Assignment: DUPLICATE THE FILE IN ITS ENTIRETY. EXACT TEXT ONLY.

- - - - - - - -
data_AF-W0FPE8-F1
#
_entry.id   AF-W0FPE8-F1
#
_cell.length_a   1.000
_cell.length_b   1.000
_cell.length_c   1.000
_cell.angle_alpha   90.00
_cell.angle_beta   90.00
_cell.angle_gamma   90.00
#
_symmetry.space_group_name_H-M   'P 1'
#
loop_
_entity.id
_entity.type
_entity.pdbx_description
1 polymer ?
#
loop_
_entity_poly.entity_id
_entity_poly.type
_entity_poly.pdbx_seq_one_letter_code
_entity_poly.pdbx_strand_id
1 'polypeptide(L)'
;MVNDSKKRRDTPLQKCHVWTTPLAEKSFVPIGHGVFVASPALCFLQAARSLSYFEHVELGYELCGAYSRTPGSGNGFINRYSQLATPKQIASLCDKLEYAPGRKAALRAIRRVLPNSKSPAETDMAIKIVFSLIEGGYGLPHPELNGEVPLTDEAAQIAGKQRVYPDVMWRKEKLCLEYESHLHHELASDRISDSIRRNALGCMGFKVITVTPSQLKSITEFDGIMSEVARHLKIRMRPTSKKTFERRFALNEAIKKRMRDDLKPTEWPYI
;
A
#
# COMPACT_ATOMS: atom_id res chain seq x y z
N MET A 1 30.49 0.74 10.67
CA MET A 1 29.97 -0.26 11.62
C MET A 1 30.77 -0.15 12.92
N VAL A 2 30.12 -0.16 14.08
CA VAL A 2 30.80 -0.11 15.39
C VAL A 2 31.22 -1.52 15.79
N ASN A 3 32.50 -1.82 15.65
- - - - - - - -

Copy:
data_AF-W0FPE8-F1
#
_entry.id   AF-W0FPE8-F1
#
_cell.length_a   1.000
_cell.length_b   1.000
_cell.length_c   1.000
_cell.angle_alpha   90.00
_cell.angle_beta   90.00
_cell.angle_gamma   90.00
#
_symmetry.space_group_name_H-M   'P 1'
#
loop_
_entity.id
_entity.type
_entity.pdbx_description
1 polymer ?
#
loop_
_entity_poly.entity_id
_entity_poly.type
_entity_poly.pdbx_seq_one_letter_code
_entity_poly.pdbx_strand_id
1 'polypeptide(L)'
;MVNDSKKRRDTPLQKCHVWTTPLAEKSFVPIGHGVFVASPALCFLQAARSLSYFEHVELGYELCGAYSRTPGSGNGFINRYSQLATPKQIASLCDKLEYAPGRKAALRAIRRVLPNSKSPAETDMAIKIVFSLIEGGYGLPHPELNGEVPLTDEAAQIAGKQRVYPDVMWRKEKLCLEYESHLHHELASDRISDSIRRNALGCMGFKVITVTPSQLKSITEFDGIMSEVARHLKIRMRPTSKKTFERRFALNEAIKKRMRDDLKPTEWPYI
;
A
#
# COMPACT_ATOMS: atom_id res chain seq x y z
N MET A 1 30.49 0.74 10.67
CA MET A 1 29.97 -0.26 11.62
C MET A 1 30.77 -0.15 12.92
N VAL A 2 30.12 -0.16 14.08
CA VAL A 2 30.80 -0.11 15.39
C VAL A 2 31.22 -1.52 15.79
N ASN A 3 32.50 -1.82 15.65